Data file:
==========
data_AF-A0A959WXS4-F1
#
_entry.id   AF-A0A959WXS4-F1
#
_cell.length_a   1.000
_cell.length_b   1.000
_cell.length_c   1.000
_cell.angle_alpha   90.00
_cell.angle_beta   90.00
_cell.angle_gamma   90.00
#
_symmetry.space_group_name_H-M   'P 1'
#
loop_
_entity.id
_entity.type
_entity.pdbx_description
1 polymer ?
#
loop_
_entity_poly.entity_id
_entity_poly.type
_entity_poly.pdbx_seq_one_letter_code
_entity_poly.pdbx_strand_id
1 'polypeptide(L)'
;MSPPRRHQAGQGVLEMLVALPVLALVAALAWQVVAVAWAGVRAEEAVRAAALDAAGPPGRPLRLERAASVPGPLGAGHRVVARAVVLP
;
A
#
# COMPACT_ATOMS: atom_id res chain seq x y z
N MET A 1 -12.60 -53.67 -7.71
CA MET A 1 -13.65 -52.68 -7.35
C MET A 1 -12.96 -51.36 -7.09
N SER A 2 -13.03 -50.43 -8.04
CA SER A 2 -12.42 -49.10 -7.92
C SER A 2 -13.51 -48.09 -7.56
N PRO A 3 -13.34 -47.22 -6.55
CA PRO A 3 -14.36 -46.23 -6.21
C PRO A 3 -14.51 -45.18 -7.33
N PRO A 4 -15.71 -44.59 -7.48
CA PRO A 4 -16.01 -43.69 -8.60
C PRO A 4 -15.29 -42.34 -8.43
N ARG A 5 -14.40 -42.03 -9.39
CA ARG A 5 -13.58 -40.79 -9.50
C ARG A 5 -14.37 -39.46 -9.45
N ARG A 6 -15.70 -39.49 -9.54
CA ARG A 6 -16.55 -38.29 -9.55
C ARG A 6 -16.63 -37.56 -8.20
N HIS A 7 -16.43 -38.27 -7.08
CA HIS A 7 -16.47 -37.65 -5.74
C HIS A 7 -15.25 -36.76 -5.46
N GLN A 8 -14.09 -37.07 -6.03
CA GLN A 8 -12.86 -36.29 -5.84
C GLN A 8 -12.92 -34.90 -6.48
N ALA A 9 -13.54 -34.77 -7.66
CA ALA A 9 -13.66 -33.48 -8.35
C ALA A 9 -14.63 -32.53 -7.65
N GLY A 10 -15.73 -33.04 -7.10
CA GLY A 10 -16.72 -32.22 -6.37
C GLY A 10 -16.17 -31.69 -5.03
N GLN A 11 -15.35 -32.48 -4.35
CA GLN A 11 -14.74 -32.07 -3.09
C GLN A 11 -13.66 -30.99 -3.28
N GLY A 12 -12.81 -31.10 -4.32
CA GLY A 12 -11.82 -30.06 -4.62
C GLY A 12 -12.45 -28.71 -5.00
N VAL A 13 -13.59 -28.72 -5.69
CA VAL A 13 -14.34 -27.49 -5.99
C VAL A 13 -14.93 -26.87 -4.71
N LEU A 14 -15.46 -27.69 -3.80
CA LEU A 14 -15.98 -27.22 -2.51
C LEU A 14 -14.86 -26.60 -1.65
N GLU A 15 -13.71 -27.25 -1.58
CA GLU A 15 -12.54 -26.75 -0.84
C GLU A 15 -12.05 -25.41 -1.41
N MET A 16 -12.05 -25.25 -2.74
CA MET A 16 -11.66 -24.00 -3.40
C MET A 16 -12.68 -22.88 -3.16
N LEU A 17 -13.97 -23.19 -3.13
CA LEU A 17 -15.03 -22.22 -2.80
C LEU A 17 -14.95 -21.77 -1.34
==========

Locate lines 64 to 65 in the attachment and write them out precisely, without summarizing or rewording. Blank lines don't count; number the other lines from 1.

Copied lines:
N GLY A 12 -12.81 -31.10 -4.32
CA GLY A 12 -11.82 -30.06 -4.62